South of us were Luke Voorhees, Van Tassell, Billy Irvine, Keeline Brothers, Adams, Glover, Pratt & Ferris. A good many of them have 'gone ahead' but they surely were a 'royal crowd' in their day.

Our cattle drifted to the south and east in the winter and our big roundups were down Rawhide to the North Platte River and in the hills north of the Platte.

We hunted the cattle as far down the Platte as the Sidney Bridge and there wasn't a settler in that whole country at the time, and as far up the Platte as the Fetterman Bridge.

We also hunted the south side but seldom found any cattle there and what were found there were easily traced as having crossed over with cattle belonging on that side of the river. Rustling activities were confined almost wholly to getting the 'mavericks' which were calves of the previous year that were unbranded, generally from being overlooked when rounding up.

There were few, almost none in fact, small cattle owners, so the mavericks were supposed to be owned by the outfit on whose range they were found and this arrangement was generally adhered to.

In the late '80s after two disastrous winters, my associates in the cattle business decided we would move our cattle to a locality where the winters were less severe and the 'she' cattle gradually moved to New Mexico, the steers being shipped as the got fat. I did not approve the move and having other interests, I remained in Wyoming."

The Node ranch was sold in 1894 to Tom Bell. This apparently ended the operation of the Western Live Stock Company, this being the name of the outfit operated by Frank S. Lusk and his associates; also the use of the Node brand, as Tom Bell's brand was the car link.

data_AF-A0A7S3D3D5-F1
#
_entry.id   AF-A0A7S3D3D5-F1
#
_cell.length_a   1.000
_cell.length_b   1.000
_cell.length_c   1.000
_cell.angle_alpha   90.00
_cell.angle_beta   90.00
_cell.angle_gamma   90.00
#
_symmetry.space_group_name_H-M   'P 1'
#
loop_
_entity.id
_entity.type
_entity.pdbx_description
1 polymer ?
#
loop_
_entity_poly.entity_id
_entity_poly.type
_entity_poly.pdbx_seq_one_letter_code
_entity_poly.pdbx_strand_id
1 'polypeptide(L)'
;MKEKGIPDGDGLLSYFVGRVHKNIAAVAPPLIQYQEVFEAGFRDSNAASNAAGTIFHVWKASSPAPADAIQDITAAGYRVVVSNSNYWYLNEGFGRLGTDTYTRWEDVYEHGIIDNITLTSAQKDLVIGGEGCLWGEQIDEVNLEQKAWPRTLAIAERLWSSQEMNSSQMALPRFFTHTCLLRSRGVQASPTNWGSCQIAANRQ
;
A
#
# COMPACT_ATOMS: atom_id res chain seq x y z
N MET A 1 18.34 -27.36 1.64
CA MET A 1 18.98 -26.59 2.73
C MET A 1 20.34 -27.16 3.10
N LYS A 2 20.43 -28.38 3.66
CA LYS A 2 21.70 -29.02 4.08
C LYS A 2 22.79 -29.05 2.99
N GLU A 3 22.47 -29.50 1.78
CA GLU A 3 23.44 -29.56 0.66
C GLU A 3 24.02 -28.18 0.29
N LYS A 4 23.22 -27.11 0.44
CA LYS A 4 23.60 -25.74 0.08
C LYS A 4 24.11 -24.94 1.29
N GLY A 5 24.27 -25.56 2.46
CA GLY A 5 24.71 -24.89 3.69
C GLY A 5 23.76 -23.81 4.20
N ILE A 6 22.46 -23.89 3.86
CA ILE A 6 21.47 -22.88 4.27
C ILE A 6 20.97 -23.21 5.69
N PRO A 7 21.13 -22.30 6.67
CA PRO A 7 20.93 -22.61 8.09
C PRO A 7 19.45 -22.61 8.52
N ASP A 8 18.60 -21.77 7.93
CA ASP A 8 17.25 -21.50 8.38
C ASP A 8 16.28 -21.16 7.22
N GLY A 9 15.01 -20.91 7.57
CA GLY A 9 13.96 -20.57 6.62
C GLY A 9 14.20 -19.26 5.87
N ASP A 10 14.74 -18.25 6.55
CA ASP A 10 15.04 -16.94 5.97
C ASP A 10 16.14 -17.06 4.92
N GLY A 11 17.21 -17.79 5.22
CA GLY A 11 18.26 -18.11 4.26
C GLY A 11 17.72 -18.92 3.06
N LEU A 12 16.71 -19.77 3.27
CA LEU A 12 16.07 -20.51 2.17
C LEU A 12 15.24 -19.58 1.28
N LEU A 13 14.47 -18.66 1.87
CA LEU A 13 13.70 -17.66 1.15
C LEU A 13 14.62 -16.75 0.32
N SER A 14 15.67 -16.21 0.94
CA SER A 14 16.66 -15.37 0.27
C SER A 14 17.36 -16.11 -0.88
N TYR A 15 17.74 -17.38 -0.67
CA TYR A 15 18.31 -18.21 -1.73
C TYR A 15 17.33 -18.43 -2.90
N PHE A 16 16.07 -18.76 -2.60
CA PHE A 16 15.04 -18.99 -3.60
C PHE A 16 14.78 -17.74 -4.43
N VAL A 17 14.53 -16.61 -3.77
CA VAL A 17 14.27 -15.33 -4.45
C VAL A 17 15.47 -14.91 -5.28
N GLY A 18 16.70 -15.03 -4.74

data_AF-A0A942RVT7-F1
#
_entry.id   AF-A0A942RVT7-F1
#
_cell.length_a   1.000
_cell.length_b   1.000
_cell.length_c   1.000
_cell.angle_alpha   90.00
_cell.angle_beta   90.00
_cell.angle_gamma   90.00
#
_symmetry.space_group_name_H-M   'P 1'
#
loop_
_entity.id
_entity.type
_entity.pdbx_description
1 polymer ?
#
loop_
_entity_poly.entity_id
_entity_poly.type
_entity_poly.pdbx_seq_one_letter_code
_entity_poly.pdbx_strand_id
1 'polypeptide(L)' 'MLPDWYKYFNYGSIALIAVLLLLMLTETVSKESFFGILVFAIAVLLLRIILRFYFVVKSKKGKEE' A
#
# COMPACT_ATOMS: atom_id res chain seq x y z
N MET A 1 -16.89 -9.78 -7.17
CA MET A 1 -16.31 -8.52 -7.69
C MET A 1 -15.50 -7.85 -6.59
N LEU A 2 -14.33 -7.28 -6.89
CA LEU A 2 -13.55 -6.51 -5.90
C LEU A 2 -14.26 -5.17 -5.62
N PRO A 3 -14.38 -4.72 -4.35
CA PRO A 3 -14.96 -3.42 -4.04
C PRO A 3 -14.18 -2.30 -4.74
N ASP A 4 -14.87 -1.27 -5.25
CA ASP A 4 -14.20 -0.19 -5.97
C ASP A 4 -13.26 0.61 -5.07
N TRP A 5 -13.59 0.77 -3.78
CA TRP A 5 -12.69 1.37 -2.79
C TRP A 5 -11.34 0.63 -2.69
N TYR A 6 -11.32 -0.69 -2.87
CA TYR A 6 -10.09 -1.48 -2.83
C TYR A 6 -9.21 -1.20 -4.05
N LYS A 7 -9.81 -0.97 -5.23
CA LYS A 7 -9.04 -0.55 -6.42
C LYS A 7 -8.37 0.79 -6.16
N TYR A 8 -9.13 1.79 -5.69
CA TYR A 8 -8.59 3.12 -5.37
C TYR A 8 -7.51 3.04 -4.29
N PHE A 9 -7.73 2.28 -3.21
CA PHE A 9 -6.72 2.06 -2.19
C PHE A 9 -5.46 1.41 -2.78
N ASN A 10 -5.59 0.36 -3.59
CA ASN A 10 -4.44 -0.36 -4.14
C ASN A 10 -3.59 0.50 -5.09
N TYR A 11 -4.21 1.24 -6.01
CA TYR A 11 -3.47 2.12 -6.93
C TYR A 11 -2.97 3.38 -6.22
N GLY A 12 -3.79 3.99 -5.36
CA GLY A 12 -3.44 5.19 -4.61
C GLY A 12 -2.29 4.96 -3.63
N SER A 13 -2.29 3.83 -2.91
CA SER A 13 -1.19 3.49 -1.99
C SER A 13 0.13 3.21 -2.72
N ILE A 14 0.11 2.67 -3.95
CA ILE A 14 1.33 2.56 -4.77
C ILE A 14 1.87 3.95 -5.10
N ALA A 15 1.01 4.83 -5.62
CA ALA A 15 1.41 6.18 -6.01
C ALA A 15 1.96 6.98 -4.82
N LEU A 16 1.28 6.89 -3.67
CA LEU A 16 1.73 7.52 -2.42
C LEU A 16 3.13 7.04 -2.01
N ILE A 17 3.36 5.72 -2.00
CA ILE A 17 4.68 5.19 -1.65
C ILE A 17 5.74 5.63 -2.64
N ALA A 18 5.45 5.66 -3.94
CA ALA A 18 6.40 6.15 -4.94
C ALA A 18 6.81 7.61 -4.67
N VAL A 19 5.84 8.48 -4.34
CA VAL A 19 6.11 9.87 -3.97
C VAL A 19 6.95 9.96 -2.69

Frank Lusk and The Town of Lusk

Frank S. Lusk was the first postmaster of the Lusk Post Office. In writing for the Wyoming Historical publications, he told that "The nearest post office for Node ranch, the hay ranch and my horse ranch was Rawhide Buttes, and we used to send there for mail. In 1882 (or later) Luke Voorhees, who was then a partner in the Gilmer & Salisbury star mail route business, suggested applying for a post office at the ranch, the establishment of which would ensure the mail being delivered to us instead of our riding 20 miles and back for it. He prepared the necessary application to the Post Office Department, and it was duly signed and completed except for the name of the post office. Mr. Voorhees asked me to name the post office, but I was busy and told him to do whatever he thought would, without a doubt, establish a post office for us. He told me he had suggested that it be called 'Lusk' and in due course of time it was so established."